Use this URL to cite or link to this record in EThOS: http://ethos.bl.uk/OrderDetails.do?uin=uk.bl.ethos.668472
Title: Thomas Jefferson, Sir John Soane and Maria Cosway : the Transatlantic Design Network, 1768-1838
Author: Willkens, D. S.
ISNI:       0000 0004 5367 2310
Awarding Body: University College London (University of London)
Current Institution: University College London (University of London)
Date of Award: 2015
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Abstract:
Political, economic, and literary historians have studied the connections between America and Europe in the late eighteenth and early nineteenth centuries. Less consideration, however, has been given to how transatlantic exchange influenced achitectural culture during this period. This thesis examines select figues within architectural and artistic circles and argues that they effectiely constituted a transatlantic design network: a shared and fluid netork of people, sites, texts and objects that transcended nationalistic concerns. The contours and impact of the Transatlantic Design Network on architectural culture will be traced through a detailed study of Thomas Jeffeson (1743-1826) and Sir John Soane (1753-1837). Although Jeffeson and Soane never met, each man corresponded with Maria Hadfield Coswy (1760-1838), an artist, designer, and educator, for over four decades. Jeffeson and Soane exchanged letters and material objects with Cosway, such as drawings, books, artifacts, and personal contacts, through which they cultivated a set of shared aesthetic and social concerns. They were united by a love of picturesque landscapes, valued tradition and technological innovation in architecture, and were keenly interested in learned institutions. Offering a ereading of Monticello and Soane’s Museum through the lens of the network, this thesis counters the view of Soane and Jeffeson as autonomous innovators. Their house-museums tested how architecture could be more than an armature for displaying collections: buildings could act as the ultimate artifact, reflectie of the architects’ careful study of precedents, knowledge of contemporary archaeological and scientific discveries, and dedication to a design process that lasted more than forty years. By placing the landscapes, architecture, and collections of Monticello and Soane’s Museum in conversation, this thesis argues that Jeffeson, Soane, Cosway, and others contributed to and benefitted fom a transatlantic network of exchange that forged a distinct architectural culture linking the Early Republic of America and the Second British Empire.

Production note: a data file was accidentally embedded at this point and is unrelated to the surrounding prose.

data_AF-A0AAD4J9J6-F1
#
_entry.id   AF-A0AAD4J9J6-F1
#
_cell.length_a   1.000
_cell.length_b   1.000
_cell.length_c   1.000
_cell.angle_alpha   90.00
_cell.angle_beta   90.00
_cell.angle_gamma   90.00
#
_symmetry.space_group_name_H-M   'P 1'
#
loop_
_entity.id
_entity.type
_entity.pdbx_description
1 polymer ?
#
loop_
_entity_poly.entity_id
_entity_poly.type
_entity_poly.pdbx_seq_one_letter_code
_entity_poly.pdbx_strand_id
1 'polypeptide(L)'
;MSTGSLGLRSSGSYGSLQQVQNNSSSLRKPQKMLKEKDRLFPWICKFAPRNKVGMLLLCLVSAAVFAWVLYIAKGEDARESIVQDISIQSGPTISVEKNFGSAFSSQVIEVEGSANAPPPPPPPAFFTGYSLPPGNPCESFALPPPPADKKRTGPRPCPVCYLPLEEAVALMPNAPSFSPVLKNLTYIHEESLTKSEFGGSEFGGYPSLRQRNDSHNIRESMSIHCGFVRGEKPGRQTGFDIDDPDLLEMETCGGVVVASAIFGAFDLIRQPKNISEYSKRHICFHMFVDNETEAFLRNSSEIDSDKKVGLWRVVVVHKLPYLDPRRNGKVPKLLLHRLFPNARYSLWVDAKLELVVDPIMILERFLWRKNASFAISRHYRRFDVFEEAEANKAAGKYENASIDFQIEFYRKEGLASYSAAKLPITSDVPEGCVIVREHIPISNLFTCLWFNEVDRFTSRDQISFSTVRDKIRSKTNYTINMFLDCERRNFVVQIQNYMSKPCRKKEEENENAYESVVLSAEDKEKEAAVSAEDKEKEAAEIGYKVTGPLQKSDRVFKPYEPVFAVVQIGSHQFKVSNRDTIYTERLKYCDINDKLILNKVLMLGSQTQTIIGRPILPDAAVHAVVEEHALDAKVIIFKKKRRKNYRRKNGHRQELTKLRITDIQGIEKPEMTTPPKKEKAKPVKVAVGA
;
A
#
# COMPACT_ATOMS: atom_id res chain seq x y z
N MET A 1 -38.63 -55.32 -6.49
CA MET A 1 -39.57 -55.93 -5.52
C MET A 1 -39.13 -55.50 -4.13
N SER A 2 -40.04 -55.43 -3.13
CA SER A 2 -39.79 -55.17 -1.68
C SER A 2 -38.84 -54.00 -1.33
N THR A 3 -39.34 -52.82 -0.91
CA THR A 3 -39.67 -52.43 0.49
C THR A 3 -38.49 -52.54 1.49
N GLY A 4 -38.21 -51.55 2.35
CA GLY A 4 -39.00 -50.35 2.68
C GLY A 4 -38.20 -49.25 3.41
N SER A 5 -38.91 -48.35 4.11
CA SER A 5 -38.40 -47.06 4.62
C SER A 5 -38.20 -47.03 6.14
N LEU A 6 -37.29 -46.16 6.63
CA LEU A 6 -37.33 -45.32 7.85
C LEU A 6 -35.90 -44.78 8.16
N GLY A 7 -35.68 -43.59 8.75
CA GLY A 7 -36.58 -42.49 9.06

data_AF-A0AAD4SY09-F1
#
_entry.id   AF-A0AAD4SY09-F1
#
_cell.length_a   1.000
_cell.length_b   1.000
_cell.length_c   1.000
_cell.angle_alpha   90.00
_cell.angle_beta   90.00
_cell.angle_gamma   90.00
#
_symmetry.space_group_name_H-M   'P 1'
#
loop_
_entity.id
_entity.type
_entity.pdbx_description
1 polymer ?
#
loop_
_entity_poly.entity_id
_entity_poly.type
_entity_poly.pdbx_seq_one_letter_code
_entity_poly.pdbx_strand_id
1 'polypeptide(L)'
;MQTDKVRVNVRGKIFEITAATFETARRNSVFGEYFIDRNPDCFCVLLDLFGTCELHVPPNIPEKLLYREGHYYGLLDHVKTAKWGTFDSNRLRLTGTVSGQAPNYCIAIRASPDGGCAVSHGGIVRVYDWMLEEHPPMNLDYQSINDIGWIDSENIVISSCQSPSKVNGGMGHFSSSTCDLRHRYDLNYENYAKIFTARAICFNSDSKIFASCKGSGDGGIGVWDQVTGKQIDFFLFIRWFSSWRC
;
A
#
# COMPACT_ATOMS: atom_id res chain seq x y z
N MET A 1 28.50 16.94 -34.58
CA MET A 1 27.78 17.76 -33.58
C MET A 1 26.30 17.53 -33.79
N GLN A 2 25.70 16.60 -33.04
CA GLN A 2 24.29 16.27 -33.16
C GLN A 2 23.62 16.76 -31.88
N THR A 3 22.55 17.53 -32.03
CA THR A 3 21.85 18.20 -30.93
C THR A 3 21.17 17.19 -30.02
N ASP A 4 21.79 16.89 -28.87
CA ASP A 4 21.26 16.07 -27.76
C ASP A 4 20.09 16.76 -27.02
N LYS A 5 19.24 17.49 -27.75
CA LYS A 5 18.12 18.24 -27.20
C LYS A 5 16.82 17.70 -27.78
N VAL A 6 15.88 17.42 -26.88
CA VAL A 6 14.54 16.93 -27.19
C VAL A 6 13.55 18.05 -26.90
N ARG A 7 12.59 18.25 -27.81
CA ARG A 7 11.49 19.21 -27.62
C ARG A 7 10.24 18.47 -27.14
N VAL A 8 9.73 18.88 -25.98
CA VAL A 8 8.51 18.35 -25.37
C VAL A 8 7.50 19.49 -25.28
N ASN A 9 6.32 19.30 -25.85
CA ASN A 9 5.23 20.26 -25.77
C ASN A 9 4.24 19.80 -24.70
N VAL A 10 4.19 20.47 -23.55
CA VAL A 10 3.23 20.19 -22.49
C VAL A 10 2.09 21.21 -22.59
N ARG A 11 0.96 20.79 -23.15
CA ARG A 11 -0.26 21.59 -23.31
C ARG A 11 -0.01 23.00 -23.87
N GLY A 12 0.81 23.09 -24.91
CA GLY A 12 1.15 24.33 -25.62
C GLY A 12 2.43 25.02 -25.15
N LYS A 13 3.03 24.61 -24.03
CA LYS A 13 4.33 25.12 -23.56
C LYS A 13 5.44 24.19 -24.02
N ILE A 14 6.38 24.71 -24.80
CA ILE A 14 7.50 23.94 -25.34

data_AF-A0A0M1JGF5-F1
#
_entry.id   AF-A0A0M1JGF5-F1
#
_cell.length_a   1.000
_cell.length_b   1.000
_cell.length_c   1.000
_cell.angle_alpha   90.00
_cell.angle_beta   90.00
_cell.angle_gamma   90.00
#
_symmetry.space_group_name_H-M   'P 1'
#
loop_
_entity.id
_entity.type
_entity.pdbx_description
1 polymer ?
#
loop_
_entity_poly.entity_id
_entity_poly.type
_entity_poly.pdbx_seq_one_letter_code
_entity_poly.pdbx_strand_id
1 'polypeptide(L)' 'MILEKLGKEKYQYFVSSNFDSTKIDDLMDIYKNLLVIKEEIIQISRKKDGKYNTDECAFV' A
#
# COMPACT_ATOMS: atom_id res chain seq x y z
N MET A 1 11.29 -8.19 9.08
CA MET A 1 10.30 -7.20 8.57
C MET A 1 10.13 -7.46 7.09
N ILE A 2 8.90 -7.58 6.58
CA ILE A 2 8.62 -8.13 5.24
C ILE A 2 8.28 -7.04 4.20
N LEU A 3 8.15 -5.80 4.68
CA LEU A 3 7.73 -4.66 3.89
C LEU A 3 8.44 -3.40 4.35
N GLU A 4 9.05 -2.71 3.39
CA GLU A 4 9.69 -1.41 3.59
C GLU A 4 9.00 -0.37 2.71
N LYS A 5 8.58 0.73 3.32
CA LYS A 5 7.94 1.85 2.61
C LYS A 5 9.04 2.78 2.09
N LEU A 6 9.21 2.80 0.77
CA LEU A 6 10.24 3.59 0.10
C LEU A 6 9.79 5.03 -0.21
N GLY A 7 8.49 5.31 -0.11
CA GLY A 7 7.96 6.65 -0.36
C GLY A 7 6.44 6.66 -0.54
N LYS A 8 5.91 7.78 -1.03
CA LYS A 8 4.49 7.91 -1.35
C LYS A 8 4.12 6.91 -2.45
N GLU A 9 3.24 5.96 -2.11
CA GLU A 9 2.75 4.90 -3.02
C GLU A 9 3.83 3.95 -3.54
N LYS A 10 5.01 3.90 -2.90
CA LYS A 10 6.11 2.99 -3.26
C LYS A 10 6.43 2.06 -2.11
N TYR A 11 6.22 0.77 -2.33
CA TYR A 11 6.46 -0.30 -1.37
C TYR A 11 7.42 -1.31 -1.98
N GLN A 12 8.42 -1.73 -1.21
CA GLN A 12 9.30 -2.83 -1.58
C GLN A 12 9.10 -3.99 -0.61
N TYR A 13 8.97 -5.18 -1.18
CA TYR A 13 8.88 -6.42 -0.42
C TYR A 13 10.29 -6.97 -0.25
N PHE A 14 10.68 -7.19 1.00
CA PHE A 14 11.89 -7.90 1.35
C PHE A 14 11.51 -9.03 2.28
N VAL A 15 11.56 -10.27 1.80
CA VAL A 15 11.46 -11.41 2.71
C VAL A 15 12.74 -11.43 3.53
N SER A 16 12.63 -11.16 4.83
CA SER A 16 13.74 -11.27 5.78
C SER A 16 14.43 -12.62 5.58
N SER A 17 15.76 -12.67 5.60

Supervisor: Not available Sponsor: Not available
Qualification Name: Thesis (Ph.D.) Qualification Level: Doctoral
EThOS ID: uk.bl.ethos.668472  DOI: Not available
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